FROM THE BLOG

If You Don’t Have Something Nice to Tweet, Don’t Tweet Anything at All?

angry lion

Over the last few years, we’ve seen social media sites, such as Facebook, Instagram, and Twitter, rise from an entertaining way of sharing information and keeping people connected, to a mainstream part of our lives, with billions of current users, and more joining everyday. Celebrities use social media to build their brand, corporations incorporate social media into their day-to-day business affairs, and politicians use social media channels for campaign efforts.

While there are many benefits and compelling features of social media, allowing us instant access to communicate and share in ways we have not had the power to previously, I have to wonder, when does the use of social media go too far?

From the convenience of our phones and computers, the world has bore witness to many online scuffles, including last months’ Twitter battle between Taylor Swift and Nicki Minaj, numerous Donald Trump Twitter feuds, as well as countless companies using social media to directly engage customers, and win over customers of competitors.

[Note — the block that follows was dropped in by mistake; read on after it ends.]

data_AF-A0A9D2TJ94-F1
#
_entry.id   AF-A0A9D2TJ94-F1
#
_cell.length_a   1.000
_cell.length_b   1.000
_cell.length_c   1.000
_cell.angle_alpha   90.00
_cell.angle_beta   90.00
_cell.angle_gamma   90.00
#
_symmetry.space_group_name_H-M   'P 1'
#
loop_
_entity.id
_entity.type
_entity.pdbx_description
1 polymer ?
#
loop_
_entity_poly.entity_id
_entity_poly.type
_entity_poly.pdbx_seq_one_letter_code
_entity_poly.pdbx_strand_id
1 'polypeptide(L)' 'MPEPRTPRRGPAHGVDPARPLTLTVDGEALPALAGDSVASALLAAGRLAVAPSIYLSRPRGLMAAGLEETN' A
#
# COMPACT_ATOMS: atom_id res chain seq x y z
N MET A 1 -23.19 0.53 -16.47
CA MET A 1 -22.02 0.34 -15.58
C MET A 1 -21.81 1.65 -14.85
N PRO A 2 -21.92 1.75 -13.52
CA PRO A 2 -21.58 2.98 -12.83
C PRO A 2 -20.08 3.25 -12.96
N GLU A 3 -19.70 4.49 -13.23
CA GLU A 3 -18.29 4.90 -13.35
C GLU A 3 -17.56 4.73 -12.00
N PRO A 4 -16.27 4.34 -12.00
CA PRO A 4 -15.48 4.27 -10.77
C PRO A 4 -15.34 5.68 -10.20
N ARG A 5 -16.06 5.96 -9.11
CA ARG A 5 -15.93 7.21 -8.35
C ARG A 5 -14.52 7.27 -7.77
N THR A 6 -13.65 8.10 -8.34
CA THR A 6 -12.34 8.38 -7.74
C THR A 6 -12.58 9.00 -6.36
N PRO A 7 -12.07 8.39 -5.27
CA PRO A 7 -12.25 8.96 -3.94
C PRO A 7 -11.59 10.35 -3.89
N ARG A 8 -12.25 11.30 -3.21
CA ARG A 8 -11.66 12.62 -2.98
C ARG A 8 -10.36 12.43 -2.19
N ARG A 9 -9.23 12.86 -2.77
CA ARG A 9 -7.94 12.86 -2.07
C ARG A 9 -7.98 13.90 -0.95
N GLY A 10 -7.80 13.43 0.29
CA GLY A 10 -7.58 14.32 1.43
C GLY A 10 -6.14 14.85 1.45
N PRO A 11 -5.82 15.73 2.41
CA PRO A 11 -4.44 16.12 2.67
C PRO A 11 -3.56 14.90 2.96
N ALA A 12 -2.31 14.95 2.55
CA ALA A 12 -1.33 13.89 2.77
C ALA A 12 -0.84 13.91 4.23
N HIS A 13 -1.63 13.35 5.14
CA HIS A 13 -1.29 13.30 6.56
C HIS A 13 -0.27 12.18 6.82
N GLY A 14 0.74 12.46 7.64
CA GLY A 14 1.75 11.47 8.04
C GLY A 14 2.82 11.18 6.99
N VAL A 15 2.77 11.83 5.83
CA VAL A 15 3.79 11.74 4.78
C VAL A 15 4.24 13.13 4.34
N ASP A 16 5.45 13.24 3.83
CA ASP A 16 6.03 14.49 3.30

Airing our dirty laundry in public

Today, we have access to people and information we have not previously had access to, and with that comes a sense of power. With the click of a button one post can reach hundreds, if not thousands of followers in seconds, and what used to be somewhat private matters, can quickly become public opinion, with the potential to circle through media and social media channels almost instantly.

The kneejerk reaction of posting to social media out of frustration, whether it be a bad experience at a favorite store, a snub from a peer, or conflict, can quickly escalate from a mere frustration to a huge, public ordeal, often gaining support and public opinion on both sides.

Pass, fail, join the social media bandwagon

In a world where we are guided by rules and regulations, where we have to take a drivers test to get our license, and pass an interview to get a job, social media gives almost anyone the power of reaching a potentially large audience in seconds.

Which brings me to wonder if users understand the potential impact of their actions and how one seemingly innocent post can reach a large audience instantly? There have been cases of people losing their jobs, celebrities retreating from the spotlight, and people using social media to try and manipulate followers into taking their side. And in some cases, the person tweeting didn’t realize the impact and power of their tweet.

In a world where we stand up against bullies, and teach our children to be nice, have we forgotten the power we have from our screens, or is this how we resolve our differences in the digital age?

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